Praised for its natural and largely undiscovered cruising grounds, Turkey has suffered a decline in business this season as a charter destination due to the country’s perceived nearby location to the continuing political unrest in the Middle East. Combine this with a lingering reputation for low quality gullets and service standards, some brokers and clients prefer to steer clear of the destination all together.

“With Turkey being located where it is geographically, we have problems with the neighbouring countries,” explains Cem Boz, managing director at Contact Turkey Yachting.  “Any bad news from the Middle East that comes up in the media makes it difficult when selling charters here, even though the conflict is over a thousand miles away. When I talk to my brokers and they mention ‘border problems’, I tell them that this is not the Turkey that borders with Syria, it is the Turkey that borders with Greece.”


Marmaris, Turkey

Boz continues to explain that the Turkish charter market has been gradually building momentum over the past decade and has become a viable alternative to the popular destinations. “The Turkish charter market is a small piece of the puzzle and cannot be compared with the market in the western Mediterranean,” he adds. “But boat building in Turkey has made some big jumps in the last ten years and, with it getting better, Turkish charter boats are also getting better.”

Charter broker Ann Casebourne of Yacht Connections is a strong supporter of the Turkish gullet charter experience, and believes that the perception from the wider industry needs to change. “Quality has increased quite slowly in some respects, but there have been leaps in the last five years,” she explains. “The owners have gone to some of the other boats shows and seen the standards that they are competing against.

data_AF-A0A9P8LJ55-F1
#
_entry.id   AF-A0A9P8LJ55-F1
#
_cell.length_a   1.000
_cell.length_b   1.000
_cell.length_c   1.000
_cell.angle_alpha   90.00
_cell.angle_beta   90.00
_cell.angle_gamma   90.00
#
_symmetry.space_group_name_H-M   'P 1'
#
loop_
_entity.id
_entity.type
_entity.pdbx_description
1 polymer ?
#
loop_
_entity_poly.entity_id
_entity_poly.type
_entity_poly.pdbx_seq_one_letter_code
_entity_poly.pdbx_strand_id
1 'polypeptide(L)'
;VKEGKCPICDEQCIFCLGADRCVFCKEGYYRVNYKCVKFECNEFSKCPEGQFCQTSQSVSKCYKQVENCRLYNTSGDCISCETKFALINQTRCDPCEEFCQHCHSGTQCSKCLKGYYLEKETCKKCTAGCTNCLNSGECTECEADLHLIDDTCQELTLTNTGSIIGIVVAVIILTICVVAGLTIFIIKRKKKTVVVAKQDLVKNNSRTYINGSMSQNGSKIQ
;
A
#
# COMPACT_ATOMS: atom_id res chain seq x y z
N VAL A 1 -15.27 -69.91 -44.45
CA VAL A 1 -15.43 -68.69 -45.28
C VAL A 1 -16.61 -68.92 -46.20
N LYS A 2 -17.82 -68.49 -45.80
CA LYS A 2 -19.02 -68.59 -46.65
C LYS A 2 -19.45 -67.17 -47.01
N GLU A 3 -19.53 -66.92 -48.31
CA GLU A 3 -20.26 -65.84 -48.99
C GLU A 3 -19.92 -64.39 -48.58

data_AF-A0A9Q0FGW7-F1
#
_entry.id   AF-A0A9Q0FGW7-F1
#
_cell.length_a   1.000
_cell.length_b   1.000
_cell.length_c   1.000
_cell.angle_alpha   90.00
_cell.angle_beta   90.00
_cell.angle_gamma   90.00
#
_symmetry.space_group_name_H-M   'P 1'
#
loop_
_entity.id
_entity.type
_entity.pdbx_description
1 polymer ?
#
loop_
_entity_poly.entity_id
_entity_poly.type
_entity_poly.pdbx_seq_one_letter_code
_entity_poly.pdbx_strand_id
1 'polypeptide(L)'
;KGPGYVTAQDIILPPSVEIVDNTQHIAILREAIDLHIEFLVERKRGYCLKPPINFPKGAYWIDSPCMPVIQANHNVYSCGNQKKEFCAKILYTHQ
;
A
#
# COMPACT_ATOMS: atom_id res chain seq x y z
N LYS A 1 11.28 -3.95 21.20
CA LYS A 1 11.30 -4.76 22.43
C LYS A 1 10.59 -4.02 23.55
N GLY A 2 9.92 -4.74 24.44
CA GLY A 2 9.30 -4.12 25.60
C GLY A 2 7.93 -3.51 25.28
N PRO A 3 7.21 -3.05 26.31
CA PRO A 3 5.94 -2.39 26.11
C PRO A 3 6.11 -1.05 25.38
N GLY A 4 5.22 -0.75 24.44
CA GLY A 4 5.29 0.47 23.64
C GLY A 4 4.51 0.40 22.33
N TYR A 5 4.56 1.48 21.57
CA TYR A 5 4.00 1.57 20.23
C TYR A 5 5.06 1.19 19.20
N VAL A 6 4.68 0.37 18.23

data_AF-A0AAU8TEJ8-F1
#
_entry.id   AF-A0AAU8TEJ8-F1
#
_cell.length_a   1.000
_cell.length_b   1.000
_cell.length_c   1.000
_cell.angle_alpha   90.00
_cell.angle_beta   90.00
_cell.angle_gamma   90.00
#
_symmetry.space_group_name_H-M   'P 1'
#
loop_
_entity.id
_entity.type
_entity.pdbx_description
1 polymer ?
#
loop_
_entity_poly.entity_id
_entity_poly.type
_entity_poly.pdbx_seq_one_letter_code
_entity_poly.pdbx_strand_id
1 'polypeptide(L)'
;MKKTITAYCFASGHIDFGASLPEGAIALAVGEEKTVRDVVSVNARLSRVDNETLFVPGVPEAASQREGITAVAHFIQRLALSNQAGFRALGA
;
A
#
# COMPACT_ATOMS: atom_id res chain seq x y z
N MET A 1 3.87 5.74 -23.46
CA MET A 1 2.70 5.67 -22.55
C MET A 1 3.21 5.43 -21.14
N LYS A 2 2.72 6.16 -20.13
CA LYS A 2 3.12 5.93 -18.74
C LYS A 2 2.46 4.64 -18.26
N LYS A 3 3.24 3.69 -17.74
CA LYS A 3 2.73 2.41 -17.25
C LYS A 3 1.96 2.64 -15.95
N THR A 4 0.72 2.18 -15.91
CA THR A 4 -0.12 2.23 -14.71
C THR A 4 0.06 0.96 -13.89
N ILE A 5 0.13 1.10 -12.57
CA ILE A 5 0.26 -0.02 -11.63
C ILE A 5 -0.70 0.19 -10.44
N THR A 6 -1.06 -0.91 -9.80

“I don’t think many people appreciate how good it is now. They live in the past in the days of the inexpensive gullets that used to work with the budget holiday companies. I can only speak for Europeans but I think it has been an uphill struggle to get over the low-class reputation they have had.”


"It is a very economical way of chartering and gullets particularly are very well suited to the cruising in Turkey as they have large deck space and their styling fits in with the dramatic scenery."



For Sarah Sebastian, charter broker at Nicholson Yachts, Turkish charters are a good-value alternative to charters elsewhere in the Mediterranean, due to low costing, minimal VAT and berthing fees, but convincing clients of these benefits is the biggest challenge. “It is a very economical way of chartering and gullets particularly are very well suited to the cruising in Turkey as they have large deck space and their styling fits in with the dramatic scenery,” she says. “But the perception is that we are next to Syria and it is very hard to convince clients to come here.”

“For me the best sales tool is my clients who have been here and experienced an authentic Turkish charter as they go back and tell their friends,” adds Beverly Parsons, charter broker at Interpac Yachts. “It also helps now that Turkey has built up a big superyacht building industry. A lot of the boats you see in Genoa are built in Turkey now so the industry is getting feel of it more and I would say there is an interchange to charter.”